Entertainment

A not so colorful India


When we talk about Indian films, the first things that pop into mind are bright colors, fascinating people, interesting architecture and historical sites, and of course “danceable” music. With these in mind, watching Midnight’s Children will give you a different perspective on Indian films, or of any movies that talk about the country, its people and culture. 

Midnight's Children

Midnight’s Children is an epic film of Oscar-nominated director Deepa Mehta, based on the Booker Prize winning novel by Salman Rushdie. At the stroke of midnight on August 15, 1947, as India proclaims independence from Great Britain, two new born babies are switched by a nurse in a Bombay hospital. Saleem Sinai, the illegitimate son of a poor woman, and Shiva, the offspring of a wealthy couple, are fated to live the destiny meant for each other. Their lives become mysteriously intertwined and are inextricably linked to India’s whirlwind journey of triumphs and disasters. From the unlikely romance of Saleem’s grandparents to the birth of his own son, Midnight’s Children is a film that conjures images and character as rich and unforgettable as India herself.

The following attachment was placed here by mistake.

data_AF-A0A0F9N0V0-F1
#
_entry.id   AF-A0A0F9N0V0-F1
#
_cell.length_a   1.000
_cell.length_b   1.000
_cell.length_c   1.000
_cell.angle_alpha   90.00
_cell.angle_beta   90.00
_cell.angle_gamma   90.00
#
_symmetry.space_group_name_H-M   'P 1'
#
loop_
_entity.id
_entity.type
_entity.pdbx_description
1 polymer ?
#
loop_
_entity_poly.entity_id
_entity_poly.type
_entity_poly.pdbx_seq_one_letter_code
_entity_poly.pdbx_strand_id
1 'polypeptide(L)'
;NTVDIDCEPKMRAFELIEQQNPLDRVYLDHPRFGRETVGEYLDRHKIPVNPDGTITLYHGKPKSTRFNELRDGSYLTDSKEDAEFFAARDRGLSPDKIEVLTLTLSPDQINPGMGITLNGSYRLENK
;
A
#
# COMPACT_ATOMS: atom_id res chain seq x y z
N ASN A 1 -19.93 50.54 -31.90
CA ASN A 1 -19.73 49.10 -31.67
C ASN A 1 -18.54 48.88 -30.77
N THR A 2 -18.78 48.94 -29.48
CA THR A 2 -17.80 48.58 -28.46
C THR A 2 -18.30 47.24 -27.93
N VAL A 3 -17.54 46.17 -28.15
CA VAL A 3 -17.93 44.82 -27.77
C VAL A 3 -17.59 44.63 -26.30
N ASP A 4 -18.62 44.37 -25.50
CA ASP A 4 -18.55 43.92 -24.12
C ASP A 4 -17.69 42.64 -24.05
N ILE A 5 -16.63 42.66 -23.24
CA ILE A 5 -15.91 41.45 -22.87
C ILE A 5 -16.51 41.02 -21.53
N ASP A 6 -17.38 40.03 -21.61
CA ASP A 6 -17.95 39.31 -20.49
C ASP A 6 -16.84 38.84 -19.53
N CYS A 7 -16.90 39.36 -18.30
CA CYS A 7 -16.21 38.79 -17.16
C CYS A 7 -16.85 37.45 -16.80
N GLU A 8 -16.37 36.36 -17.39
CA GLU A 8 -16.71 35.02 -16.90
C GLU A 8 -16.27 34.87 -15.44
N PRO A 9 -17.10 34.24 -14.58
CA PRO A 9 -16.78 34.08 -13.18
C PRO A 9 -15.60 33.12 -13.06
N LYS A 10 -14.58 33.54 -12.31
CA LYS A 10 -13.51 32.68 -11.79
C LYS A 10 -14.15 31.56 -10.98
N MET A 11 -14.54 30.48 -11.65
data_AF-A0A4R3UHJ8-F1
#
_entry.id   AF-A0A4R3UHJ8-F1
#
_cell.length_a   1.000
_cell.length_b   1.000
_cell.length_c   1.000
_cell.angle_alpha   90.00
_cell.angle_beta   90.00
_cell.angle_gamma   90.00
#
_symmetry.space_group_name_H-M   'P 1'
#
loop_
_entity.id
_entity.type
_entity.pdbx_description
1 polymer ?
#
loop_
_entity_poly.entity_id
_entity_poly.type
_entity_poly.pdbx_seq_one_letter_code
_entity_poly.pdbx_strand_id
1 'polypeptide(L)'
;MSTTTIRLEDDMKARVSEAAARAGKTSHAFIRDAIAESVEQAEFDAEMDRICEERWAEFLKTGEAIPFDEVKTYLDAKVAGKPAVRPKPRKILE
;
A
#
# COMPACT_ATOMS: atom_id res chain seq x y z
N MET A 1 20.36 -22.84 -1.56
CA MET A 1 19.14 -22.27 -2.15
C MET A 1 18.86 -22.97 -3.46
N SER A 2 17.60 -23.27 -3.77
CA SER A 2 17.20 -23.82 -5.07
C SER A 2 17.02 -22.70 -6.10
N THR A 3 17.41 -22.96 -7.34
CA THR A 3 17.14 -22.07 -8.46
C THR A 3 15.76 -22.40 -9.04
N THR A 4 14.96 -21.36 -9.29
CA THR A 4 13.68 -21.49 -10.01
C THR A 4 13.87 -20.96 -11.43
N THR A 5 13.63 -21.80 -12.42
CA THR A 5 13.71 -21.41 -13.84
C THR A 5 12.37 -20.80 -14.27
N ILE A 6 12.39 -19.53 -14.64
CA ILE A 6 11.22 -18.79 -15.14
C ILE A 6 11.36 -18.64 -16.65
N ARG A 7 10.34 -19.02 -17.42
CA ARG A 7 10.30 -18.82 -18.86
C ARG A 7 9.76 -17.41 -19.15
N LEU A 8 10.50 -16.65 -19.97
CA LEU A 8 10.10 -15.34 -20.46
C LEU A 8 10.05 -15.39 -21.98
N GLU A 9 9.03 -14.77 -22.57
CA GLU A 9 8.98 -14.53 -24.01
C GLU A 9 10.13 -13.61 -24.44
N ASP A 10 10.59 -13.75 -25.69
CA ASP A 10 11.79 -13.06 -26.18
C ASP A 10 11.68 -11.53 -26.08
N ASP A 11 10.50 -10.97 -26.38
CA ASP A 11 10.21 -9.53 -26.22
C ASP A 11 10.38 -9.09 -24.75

This critically acclaimed British-Canadian produced film has been screened in Toronto International Film Festival, Vancouver International Film Festival and BFI London Film Festival. Recently it was screened at the Podium Cinema in Manila.

The film amid its rich plot is rather dreary. It’s a slow burn. There are a few moments that you would feel like crying as the actors effectively communicate the emotions required for a specific scene but the film as a whole is an over tell. It’s too long for a film and too short for a series.

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